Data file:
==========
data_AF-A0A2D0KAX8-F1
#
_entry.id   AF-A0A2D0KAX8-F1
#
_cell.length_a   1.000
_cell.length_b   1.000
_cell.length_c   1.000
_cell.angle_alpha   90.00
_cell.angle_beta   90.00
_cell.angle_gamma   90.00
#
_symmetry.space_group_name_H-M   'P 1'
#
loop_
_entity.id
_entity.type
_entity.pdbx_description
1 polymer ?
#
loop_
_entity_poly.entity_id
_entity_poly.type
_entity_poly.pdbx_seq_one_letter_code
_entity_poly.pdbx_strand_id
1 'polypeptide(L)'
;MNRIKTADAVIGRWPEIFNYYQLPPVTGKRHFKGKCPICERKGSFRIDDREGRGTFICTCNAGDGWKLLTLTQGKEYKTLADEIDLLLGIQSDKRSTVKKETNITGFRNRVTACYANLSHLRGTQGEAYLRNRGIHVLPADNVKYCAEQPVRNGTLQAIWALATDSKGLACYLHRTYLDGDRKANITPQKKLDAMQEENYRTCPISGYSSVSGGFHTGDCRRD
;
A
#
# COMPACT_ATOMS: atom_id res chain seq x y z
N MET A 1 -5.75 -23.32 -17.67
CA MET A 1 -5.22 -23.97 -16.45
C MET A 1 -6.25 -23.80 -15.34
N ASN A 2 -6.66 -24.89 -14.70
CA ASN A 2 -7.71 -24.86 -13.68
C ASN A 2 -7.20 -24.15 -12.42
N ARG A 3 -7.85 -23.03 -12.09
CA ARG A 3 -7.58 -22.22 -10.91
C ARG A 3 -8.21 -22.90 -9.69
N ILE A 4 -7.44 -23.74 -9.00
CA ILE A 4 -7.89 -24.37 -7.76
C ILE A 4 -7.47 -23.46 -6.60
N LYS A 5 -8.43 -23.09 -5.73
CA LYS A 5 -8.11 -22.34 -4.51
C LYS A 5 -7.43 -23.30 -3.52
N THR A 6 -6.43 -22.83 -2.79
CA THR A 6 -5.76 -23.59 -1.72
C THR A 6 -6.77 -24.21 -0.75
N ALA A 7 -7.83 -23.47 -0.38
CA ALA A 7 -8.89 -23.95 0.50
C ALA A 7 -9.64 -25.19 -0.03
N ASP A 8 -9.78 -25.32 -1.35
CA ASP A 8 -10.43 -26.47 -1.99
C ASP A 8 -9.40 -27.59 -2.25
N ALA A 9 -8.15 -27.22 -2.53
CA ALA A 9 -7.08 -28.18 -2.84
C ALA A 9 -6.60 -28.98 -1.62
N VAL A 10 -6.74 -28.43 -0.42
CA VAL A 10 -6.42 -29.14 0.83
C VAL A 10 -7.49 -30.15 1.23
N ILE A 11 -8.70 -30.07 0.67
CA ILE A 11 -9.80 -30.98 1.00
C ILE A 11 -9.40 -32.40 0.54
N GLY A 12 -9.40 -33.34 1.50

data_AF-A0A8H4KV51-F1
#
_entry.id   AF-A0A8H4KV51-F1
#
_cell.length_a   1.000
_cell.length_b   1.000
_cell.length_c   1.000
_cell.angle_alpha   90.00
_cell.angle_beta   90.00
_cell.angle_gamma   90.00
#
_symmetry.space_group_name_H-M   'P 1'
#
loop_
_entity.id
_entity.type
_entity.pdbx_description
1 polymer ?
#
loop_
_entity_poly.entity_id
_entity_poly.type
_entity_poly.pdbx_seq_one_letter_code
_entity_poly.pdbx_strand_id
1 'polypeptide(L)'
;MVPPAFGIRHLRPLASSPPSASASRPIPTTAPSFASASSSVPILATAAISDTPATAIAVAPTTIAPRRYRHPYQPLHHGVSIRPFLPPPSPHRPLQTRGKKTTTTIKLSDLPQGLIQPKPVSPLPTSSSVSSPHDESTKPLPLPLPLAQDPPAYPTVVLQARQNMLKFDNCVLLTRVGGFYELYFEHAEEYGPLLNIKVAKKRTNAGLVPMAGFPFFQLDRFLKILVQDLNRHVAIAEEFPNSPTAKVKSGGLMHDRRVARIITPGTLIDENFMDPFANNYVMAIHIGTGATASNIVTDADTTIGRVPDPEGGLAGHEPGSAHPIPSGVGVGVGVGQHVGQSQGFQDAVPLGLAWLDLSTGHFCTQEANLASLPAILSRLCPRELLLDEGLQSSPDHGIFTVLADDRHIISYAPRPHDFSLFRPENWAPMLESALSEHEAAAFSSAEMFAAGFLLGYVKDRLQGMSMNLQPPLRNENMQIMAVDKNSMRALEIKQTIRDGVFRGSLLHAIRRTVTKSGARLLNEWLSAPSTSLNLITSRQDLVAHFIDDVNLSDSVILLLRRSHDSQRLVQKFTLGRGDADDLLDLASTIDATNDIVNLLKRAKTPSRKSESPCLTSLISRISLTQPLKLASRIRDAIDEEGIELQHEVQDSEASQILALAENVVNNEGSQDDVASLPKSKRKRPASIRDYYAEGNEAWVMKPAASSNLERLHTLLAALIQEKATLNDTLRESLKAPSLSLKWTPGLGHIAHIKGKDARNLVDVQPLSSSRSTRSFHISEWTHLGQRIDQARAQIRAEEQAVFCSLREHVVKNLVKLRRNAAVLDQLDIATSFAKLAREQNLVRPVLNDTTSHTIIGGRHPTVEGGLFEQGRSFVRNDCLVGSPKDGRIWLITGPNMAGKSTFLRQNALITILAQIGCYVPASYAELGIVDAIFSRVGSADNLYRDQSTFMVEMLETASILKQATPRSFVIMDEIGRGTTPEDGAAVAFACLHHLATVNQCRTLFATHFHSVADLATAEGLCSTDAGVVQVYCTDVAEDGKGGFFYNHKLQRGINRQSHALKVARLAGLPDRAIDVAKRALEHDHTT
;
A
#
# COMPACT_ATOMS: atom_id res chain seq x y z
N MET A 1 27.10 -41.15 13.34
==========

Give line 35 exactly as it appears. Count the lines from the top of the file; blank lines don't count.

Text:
CA ASN A 2 -7.71 -24.86 -13.68